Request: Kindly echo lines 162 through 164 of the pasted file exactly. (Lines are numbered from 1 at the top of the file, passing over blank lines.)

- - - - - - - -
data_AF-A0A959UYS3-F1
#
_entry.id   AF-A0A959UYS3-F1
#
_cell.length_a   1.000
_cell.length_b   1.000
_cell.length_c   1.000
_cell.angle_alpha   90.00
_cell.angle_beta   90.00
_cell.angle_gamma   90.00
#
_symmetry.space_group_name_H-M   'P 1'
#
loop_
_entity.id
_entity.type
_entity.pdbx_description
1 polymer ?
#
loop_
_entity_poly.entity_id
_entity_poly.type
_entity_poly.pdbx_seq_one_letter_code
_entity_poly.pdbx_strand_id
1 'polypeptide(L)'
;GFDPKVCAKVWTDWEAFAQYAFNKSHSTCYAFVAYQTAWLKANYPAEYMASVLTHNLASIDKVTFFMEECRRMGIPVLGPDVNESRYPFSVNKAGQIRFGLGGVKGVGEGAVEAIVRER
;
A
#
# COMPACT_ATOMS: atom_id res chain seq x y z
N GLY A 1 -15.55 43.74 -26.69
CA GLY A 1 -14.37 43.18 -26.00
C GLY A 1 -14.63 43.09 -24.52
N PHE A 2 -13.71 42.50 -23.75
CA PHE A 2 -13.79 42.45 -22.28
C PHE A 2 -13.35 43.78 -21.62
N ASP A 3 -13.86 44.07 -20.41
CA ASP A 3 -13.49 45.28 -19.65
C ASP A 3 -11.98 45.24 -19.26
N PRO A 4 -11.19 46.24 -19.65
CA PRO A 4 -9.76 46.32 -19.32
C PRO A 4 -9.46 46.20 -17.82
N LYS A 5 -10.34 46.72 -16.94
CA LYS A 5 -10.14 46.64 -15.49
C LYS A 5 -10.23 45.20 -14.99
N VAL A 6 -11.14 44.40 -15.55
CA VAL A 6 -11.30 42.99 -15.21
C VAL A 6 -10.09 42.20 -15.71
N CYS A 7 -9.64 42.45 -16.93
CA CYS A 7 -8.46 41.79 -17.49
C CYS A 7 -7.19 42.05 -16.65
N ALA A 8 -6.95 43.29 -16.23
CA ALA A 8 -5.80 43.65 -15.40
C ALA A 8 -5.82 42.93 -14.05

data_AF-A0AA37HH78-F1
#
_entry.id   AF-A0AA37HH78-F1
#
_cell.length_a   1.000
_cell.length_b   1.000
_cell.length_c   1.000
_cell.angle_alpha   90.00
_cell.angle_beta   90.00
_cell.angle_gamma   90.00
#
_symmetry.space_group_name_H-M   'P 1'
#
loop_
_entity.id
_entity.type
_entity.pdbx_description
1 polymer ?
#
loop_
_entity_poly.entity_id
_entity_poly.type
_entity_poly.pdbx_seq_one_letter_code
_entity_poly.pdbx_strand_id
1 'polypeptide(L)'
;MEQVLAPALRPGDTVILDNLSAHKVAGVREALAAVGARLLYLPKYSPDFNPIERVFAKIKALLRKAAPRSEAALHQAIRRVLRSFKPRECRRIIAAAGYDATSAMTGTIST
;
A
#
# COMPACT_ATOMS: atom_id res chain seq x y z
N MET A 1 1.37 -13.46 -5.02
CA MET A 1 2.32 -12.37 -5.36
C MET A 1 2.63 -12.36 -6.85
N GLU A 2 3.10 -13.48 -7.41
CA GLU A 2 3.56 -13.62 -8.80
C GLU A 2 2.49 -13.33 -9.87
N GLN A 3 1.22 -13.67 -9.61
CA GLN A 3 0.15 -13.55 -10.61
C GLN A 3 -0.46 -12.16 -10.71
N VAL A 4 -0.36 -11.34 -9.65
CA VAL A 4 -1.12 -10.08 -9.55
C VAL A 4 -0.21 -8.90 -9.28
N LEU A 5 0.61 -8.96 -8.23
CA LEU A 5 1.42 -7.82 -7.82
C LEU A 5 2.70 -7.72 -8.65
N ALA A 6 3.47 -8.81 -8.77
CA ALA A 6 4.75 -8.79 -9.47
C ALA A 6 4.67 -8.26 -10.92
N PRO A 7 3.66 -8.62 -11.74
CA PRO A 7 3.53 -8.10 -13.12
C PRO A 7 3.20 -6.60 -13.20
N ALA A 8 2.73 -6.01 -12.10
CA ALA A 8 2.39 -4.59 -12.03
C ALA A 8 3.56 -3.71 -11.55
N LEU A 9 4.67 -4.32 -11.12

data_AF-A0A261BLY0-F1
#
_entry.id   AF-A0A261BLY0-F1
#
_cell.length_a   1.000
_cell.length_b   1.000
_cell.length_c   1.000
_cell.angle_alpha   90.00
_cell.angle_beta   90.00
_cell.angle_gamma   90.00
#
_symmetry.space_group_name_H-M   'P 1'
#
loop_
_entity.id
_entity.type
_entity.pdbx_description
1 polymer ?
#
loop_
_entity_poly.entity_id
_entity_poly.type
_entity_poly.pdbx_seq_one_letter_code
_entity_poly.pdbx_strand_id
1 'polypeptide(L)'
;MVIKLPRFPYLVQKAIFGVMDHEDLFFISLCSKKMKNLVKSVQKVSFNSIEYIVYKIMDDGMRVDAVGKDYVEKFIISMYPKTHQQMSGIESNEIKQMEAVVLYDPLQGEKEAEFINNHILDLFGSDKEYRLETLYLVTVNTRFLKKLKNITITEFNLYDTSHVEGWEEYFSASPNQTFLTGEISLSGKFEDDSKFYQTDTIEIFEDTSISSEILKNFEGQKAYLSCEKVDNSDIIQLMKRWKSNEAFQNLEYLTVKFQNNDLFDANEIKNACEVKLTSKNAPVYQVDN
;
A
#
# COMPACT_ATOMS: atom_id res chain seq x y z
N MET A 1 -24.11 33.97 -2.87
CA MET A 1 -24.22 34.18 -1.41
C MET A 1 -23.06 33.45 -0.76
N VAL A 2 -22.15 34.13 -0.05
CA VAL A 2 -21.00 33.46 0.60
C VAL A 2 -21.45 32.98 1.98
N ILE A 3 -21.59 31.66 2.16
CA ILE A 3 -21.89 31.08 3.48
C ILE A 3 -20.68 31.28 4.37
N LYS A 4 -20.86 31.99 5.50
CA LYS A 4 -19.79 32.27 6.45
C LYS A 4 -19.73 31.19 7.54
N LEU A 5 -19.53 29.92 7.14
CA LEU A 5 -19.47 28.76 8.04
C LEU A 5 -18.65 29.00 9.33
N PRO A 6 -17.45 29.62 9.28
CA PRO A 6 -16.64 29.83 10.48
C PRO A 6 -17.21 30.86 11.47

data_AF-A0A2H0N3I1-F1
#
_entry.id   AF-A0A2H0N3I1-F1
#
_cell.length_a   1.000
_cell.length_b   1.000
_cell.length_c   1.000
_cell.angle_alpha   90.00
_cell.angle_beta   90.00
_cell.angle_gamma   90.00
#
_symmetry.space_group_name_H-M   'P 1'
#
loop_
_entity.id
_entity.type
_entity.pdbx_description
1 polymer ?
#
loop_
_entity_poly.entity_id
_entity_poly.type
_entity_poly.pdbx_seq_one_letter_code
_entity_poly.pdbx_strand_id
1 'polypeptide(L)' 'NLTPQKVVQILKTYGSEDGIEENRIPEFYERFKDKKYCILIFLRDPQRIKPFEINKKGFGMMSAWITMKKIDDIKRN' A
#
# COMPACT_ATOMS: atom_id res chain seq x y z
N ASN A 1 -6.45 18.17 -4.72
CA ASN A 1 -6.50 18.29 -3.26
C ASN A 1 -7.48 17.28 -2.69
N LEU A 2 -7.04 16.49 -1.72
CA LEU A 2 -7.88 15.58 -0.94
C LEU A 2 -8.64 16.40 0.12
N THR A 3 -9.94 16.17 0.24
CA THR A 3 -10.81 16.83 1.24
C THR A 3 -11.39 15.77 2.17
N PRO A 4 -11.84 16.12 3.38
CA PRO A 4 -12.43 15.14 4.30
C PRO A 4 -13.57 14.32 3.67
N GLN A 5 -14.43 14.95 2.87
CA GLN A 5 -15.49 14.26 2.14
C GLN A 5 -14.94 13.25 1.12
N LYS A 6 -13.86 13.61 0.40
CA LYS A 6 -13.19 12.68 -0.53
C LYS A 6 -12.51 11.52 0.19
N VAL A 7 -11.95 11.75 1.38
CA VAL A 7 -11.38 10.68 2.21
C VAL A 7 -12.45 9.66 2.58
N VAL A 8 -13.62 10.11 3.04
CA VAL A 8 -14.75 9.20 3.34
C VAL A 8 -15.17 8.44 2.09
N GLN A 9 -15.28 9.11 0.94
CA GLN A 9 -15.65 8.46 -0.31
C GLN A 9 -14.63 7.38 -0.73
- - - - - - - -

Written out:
_cell.length_a   1.000
_cell.length_b   1.000
_cell.length_c   1.000